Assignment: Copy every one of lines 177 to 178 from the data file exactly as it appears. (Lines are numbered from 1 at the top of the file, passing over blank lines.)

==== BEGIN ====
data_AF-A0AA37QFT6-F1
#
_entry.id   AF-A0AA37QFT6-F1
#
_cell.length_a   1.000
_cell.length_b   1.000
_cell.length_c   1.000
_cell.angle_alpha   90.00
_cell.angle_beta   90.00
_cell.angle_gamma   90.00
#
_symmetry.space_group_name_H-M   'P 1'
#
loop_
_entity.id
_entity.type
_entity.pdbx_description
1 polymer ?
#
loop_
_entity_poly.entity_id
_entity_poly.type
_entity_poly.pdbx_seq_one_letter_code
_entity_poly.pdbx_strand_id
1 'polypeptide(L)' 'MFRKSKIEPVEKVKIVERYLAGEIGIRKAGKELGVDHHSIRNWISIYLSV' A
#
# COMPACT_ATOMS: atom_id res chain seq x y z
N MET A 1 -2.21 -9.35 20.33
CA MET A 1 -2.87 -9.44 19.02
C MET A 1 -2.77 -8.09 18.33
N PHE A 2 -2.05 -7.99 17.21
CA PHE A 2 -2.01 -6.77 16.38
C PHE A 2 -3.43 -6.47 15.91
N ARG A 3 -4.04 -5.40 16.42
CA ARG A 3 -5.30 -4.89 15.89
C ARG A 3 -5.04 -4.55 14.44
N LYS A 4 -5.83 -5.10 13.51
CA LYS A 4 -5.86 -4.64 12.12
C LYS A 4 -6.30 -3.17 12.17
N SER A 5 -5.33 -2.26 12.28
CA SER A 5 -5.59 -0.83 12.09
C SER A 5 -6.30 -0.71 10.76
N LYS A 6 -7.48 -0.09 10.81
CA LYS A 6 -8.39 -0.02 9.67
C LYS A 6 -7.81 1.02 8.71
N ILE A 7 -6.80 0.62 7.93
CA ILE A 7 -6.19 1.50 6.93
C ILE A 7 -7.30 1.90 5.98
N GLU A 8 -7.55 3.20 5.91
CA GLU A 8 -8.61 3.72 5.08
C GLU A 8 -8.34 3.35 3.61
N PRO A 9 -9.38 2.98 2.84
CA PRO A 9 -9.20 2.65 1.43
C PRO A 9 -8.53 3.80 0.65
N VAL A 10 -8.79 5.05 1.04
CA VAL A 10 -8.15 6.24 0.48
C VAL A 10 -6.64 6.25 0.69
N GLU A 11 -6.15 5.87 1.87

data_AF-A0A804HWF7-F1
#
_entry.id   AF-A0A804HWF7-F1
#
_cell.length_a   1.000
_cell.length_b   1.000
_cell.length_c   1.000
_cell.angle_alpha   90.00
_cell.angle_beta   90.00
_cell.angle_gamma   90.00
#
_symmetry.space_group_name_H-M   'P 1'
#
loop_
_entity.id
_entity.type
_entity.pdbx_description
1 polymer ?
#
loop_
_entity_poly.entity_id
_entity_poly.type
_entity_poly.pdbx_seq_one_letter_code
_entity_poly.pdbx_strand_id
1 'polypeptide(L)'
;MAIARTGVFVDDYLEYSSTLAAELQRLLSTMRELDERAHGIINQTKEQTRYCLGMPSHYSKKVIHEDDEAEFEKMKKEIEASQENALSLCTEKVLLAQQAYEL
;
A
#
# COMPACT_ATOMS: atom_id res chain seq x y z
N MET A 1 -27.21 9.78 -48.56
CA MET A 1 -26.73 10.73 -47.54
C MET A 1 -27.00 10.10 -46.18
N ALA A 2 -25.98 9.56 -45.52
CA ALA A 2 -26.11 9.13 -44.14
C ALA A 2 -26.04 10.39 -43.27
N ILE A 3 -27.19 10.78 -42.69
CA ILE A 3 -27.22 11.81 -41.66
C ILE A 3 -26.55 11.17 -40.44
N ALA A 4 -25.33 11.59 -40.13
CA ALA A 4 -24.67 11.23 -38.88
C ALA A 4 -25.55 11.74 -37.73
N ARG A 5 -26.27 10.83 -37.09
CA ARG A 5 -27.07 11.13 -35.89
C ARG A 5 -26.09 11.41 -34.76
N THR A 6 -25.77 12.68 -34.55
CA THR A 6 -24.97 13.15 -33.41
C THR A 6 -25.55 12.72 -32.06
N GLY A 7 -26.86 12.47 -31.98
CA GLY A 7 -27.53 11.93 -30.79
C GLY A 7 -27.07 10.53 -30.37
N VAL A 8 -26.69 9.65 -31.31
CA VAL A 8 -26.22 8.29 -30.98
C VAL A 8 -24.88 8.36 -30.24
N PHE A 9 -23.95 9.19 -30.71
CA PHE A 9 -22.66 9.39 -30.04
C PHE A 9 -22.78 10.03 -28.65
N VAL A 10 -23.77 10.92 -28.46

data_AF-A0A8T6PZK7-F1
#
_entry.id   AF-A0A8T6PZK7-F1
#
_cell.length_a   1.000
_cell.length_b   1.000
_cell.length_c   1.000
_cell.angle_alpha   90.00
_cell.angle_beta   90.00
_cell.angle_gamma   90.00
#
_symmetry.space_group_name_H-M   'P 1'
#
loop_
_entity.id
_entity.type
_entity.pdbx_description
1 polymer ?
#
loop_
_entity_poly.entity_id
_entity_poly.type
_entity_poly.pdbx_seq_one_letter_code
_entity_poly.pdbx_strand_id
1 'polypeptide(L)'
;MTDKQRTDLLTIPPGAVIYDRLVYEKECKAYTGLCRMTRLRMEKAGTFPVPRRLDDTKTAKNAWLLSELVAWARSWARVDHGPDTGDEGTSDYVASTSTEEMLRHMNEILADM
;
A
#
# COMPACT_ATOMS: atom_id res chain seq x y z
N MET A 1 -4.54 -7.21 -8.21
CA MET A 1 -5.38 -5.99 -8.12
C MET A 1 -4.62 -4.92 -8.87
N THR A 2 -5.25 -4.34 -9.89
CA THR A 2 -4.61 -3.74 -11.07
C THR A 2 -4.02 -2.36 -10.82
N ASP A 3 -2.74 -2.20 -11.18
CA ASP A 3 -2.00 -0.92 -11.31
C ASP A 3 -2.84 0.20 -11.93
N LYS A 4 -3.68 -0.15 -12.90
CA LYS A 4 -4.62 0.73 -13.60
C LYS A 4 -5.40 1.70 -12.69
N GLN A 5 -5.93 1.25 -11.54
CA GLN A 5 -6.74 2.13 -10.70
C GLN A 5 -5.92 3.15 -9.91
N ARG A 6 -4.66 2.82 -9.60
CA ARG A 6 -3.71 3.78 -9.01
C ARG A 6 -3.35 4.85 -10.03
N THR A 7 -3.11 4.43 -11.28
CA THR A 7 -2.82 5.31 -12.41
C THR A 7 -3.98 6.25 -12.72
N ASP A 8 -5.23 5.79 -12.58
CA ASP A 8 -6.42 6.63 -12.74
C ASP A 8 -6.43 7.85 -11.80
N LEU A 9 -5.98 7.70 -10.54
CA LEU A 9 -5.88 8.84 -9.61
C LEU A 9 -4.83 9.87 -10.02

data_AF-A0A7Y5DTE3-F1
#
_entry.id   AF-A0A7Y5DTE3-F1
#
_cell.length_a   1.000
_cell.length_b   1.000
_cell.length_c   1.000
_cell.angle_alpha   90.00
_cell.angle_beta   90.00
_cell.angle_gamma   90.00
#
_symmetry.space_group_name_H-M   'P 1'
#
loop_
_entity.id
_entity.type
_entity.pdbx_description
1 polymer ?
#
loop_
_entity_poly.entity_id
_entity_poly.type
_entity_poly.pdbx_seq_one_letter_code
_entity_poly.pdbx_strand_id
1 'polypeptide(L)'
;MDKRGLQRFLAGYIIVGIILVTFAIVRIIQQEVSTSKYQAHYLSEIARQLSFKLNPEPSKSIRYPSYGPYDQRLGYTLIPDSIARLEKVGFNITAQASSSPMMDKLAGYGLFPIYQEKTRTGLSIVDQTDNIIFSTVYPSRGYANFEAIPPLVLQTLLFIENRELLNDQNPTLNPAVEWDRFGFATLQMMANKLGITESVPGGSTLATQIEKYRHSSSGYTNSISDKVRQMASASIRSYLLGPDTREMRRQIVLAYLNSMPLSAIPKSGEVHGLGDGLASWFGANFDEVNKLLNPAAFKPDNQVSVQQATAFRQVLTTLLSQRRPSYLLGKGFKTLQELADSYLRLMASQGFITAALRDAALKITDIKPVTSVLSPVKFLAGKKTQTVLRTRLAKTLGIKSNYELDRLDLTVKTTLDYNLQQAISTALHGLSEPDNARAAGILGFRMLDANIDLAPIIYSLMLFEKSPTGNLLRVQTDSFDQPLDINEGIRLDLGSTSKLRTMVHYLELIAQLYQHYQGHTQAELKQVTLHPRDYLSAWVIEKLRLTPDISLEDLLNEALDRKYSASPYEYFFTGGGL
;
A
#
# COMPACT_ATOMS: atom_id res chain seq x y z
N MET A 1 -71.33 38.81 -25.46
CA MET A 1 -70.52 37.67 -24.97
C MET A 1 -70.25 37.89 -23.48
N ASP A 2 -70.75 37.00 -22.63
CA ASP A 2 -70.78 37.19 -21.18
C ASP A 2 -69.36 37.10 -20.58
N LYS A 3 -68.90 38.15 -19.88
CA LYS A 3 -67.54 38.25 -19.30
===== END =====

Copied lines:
#
_cell.length_a   1.000